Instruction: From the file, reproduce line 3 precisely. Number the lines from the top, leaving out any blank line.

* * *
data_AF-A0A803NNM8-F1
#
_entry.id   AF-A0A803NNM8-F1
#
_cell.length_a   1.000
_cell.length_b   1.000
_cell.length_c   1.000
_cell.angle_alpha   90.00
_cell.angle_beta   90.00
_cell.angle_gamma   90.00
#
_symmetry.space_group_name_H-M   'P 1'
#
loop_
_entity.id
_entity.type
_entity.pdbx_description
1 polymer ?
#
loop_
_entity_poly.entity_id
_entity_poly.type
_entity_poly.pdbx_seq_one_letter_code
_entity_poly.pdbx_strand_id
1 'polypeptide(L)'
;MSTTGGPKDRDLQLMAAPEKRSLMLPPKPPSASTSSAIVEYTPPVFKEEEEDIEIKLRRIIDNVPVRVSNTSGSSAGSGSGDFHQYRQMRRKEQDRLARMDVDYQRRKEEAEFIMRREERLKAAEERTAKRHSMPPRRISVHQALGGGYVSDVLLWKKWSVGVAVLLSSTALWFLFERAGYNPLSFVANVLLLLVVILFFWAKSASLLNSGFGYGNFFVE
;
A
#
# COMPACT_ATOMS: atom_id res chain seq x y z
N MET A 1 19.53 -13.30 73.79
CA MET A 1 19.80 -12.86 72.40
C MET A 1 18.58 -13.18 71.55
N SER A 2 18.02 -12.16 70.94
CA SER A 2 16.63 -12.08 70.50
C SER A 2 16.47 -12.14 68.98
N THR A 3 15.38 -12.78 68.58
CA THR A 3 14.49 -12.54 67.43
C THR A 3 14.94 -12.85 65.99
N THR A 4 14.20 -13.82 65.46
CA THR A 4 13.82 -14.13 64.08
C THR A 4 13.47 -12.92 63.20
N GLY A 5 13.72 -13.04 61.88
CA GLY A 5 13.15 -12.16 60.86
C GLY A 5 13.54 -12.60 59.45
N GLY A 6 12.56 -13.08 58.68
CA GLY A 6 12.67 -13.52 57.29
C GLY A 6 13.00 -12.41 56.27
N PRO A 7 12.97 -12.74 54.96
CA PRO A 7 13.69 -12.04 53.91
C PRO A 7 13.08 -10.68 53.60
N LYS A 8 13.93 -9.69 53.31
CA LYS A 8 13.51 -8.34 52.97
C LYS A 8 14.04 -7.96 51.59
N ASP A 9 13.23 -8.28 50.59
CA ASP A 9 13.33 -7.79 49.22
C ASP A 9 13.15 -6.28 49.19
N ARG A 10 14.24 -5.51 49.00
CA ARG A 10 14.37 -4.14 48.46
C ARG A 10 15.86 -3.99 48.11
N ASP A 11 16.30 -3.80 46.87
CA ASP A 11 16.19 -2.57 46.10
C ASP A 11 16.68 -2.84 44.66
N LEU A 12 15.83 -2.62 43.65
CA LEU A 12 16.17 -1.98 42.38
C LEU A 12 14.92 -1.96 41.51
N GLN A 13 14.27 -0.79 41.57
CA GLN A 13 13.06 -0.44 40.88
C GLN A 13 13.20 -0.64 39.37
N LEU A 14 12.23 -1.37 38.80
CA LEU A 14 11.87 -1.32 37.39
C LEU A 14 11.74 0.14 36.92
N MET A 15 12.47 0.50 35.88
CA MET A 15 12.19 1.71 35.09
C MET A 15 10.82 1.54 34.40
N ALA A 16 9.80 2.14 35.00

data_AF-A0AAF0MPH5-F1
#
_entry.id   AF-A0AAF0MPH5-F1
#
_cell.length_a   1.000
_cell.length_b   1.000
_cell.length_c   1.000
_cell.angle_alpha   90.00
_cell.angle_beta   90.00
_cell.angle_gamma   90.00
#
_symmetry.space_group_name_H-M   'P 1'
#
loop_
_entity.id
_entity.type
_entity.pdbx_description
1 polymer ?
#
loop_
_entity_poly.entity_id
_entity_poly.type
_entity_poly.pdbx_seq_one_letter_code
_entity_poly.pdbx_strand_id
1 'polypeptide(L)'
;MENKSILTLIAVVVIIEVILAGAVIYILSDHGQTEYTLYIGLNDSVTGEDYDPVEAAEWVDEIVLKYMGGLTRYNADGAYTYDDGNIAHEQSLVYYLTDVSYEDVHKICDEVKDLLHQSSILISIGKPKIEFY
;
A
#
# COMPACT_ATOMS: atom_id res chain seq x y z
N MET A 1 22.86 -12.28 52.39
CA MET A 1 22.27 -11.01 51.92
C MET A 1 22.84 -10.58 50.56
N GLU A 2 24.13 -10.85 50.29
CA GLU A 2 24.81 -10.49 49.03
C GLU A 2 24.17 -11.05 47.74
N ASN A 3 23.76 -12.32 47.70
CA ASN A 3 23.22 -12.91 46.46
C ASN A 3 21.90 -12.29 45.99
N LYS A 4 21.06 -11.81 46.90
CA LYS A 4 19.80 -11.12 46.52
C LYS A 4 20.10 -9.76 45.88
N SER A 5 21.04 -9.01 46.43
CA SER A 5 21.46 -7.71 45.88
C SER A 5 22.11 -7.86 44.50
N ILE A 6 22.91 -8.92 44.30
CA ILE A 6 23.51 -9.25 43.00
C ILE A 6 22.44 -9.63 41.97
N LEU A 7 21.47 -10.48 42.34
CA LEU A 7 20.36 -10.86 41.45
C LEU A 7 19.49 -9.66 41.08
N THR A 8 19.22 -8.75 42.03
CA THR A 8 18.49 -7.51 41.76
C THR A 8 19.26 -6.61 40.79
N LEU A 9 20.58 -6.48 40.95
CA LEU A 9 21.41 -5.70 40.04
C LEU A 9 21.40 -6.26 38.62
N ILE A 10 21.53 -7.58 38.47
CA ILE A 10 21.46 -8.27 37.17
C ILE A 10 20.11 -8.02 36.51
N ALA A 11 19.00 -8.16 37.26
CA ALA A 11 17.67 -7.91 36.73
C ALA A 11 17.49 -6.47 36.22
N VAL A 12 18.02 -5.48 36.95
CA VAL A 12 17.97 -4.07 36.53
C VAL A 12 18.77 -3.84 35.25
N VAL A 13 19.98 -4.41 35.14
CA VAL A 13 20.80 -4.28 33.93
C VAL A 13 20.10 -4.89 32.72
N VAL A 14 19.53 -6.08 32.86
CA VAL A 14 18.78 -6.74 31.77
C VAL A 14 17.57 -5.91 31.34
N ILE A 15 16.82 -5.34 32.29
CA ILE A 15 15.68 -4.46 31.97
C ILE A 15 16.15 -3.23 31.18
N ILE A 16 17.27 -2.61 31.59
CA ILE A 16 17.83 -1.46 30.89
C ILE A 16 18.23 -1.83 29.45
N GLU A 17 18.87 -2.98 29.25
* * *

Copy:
_entry.id   AF-A0A803NNM8-F1